Friday, March 19, 2010

State Sen. Clint Stennett to retire

Wife Michelle Stennett files to run for District 25 Senate seat

Express Staff Writer

Ketchum resident Clint Stennett is stepping down from service in the Idaho Senate. His wife, Michelle, plans to run for his longtime seat. Photo by Mountain Express

Longtime state Sen. Clint Stennett, D-Ketchum, has reportedly decided to retire from political life so he can continue his recovery from treatment for brain cancer. The news was reported Thursday by The Associated Press.

Calls to Stennett and his wife, Michelle, to confirm the news were not returned by the Express' press deadline Thursday. Meanwhile, the Idaho secretary of state's Web site lists Michelle Stennett as a candidate for the District 25 seat, but not Clint. The filing deadline to run for the seat—which represents Blaine, Camas, Gooding and Lincoln counties—is today at 5 p.m.

Stennett made his pre-political career as owner of an array of Wood River Valley media outlets. In 1990, he was elected to the Idaho House of Representatives, where he served for four years before being elected to the Idaho Senate. Four years into his tenure in the Senate, he was named minority leader.

Stennett was diagnosed with brain cancer nearly two and a half years ago. Intense rounds of radiation and chemotherapy treatments that followed eventually left him feeling fatigued and unable to serve as District 25 senator.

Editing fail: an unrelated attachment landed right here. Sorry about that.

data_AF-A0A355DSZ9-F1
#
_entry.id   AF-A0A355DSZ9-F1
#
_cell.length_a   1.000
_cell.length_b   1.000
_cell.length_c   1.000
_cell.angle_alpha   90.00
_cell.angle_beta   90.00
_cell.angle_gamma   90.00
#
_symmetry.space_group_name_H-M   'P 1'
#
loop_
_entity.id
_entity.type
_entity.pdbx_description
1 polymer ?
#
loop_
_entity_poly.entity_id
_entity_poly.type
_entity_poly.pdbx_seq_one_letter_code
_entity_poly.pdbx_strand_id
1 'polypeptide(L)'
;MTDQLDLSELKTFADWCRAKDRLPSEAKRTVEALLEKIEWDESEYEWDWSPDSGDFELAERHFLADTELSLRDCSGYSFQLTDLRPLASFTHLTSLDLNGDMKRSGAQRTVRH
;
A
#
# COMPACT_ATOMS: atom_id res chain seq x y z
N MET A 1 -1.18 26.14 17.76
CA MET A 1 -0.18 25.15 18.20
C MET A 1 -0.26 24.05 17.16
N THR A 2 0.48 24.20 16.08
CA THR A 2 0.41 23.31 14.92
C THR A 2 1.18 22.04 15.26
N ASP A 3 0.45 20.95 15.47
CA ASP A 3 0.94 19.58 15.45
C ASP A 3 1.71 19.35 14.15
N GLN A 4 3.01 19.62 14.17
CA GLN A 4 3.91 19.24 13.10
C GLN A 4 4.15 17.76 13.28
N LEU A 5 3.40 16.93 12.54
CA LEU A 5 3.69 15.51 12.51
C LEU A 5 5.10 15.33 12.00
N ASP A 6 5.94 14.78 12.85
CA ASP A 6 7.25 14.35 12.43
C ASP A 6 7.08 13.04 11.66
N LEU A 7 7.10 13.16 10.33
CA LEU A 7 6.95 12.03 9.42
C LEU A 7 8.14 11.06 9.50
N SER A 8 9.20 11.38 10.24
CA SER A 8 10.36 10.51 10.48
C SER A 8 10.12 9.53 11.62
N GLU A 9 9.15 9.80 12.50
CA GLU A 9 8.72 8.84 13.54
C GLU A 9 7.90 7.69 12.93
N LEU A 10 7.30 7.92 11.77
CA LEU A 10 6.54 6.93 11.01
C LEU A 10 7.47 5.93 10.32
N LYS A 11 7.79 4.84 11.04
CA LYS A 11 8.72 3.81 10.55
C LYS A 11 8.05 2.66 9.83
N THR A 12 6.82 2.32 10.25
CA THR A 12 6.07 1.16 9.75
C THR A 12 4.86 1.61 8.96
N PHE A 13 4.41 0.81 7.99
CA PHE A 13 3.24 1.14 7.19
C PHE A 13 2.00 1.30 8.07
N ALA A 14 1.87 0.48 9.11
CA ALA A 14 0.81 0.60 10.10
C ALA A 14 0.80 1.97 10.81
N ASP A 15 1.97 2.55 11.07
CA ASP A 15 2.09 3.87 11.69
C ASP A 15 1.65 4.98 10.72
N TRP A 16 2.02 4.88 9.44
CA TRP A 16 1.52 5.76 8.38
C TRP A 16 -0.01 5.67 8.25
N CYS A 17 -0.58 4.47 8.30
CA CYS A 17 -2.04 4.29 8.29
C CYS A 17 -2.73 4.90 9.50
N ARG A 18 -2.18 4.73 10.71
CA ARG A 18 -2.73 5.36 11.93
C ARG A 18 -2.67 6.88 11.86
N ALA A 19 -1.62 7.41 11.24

In January 2009, Stennett announced that he would take time off as leader of the Senate Democrats to rest up from the treatment. Former Sun Valley Mayor Jon Thorson stood in for him during the 2009 legislative session, the second longest in Idaho history.

Last June, Stennett reported that the treatments had halted the spread of his brain cancer. But in December, he announced that he would miss the start of the 2010 Legislature as he continued to recover. Michelle Stennett stepped in as his temporary replacement.

Last week, Michelle said in an interview that Clint has had a "slight setback" with some swelling in his brain due to past procedures. She said an MRI scheduled for last weekend would be able to provide more details.

The pair left Thursday, March 11, for California, where they have hospital appointments every two months to evaluate Clint's progress. Michelle said their doctor's opinion would play an important role in determining whether Clint would get back into politics this year, and, if not, whether she would undertake a campaign herself.

By Thursday, there was no word about what the MRI test had revealed.

However, as of Thursday, the secretary of state's Web site is listing Michelle as a candidate for the District 25 seat, which comes up for election this November.

The Web site also lists Republican Jim Donoval of Sun Valley and Carey resident Randall K. Patterson of the Constitution Party as candidates for the District 25 senate seat.

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